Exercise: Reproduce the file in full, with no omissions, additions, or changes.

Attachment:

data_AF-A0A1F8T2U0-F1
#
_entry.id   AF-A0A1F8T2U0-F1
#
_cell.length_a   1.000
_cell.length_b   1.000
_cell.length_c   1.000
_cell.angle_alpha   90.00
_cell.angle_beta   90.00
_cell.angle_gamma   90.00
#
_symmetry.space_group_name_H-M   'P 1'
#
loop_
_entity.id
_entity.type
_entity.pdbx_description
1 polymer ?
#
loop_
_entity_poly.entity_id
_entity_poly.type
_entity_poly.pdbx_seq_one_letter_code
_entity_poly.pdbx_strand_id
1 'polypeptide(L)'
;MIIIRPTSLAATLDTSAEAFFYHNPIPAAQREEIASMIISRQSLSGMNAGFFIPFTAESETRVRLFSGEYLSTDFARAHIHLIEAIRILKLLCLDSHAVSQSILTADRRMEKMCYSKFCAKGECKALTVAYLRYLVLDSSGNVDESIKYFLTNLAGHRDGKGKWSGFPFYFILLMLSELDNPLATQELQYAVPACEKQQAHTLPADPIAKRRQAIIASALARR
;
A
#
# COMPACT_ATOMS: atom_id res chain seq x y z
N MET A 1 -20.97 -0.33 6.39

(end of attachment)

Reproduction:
data_AF-A0A1F8T2U0-F1
#
_entry.id   AF-A0A1F8T2U0-F1
#
_cell.length_a   1.000
_cell.length_b   1.000
_cell.length_c   1.000
_cell.angle_alpha   90.00
_cell.angle_beta   90.00
_cell.angle_gamma   90.00
#
_symmetry.space_group_name_H-M   'P 1'
#
loop_
_entity.id
_entity.type
_entity.pdbx_description
1 polymer ?
#
loop_
_entity_poly.entity_id
_entity_poly.type
_entity_poly.pdbx_seq_one_letter_code
_entity_poly.pdbx_strand_id
1 'polypeptide(L)'
;MIIIRPTSLAATLDTSAEAFFYHNPIPAAQREEIASMIISRQSLSGMNAGFFIPFTAESETRVRLFSGEYLSTDFARAHIHLIEAIRILKLLCLDSHAVSQSILTADRRMEKMCYSKFCAKGECKALTVAYLRYLVLDSSGNVDESIKYFLTNLAGHRDGKGKWSGFPFYFILLMLSELDNPLATQELQYAVPACEKQQAHTLPADPIAKRRQAIIASALARR
;
A
#
# COMPACT_ATOMS: atom_id res chain seq x y z
N MET A 1 -20.97 -0.33 6.39